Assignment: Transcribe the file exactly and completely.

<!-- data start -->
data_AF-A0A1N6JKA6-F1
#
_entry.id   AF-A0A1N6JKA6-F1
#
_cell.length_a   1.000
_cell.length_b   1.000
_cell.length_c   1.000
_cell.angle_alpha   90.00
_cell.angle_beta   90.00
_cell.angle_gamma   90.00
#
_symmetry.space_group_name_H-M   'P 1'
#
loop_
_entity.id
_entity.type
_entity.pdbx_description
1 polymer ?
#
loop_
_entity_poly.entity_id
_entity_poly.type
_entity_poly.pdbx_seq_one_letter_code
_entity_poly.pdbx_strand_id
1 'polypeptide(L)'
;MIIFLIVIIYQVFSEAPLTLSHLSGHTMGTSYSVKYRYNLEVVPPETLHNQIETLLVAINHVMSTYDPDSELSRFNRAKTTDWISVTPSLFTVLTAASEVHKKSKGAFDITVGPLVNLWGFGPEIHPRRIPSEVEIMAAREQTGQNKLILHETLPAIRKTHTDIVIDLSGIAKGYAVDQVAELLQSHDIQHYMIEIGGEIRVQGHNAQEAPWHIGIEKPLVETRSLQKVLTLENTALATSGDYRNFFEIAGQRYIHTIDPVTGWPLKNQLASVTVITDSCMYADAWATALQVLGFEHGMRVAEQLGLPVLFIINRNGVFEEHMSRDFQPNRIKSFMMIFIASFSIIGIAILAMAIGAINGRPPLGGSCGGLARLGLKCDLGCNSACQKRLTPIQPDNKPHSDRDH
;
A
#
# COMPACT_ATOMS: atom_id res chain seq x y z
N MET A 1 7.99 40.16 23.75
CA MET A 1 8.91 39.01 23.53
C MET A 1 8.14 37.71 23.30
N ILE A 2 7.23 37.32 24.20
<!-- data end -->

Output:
data_AF-A0A1N6JKA6-F1
#
_entry.id   AF-A0A1N6JKA6-F1
#
_cell.length_a   1.000
_cell.length_b   1.000
_cell.length_c   1.000
_cell.angle_alpha   90.00
_cell.angle_beta   90.00
_cell.angle_gamma   90.00
#
_symmetry.space_group_name_H-M   'P 1'
#
loop_
_entity.id
_entity.type
_entity.pdbx_description
1 polymer ?
#
loop_
_entity_poly.entity_id
_entity_poly.type
_entity_poly.pdbx_seq_one_letter_code
_entity_poly.pdbx_strand_id
1 'polypeptide(L)'
;MIIFLIVIIYQVFSEAPLTLSHLSGHTMGTSYSVKYRYNLEVVPPETLHNQIETLLVAINHVMSTYDPDSELSRFNRAKTTDWISVTPSLFTVLTAASEVHKKSKGAFDITVGPLVNLWGFGPEIHPRRIPSEVEIMAAREQTGQNKLILHETLPAIRKTHTDIVIDLSGIAKGYAVDQVAELLQSHDIQHYMIEIGGEIRVQGHNAQEAPWHIGIEKPLVETRSLQKVLTLENTALATSGDYRNFFEIAGQRYIHTIDPVTGWPLKNQLASVTVITDSCMYADAWATALQVLGFEHGMRVAEQLGLPVLFIINRNGVFEEHMSRDFQPNRIKSFMMIFIASFSIIGIAILAMAIGAINGRPPLGGSCGGLARLGLKCDLGCNSACQKRLTPIQPDNKPHSDRDH
;
A
#
# COMPACT_ATOMS: atom_id res chain seq x y z
N MET A 1 7.99 40.16 23.75
CA MET A 1 8.91 39.01 23.53
C MET A 1 8.14 37.71 23.30
N ILE A 2 7.23 37.32 24.20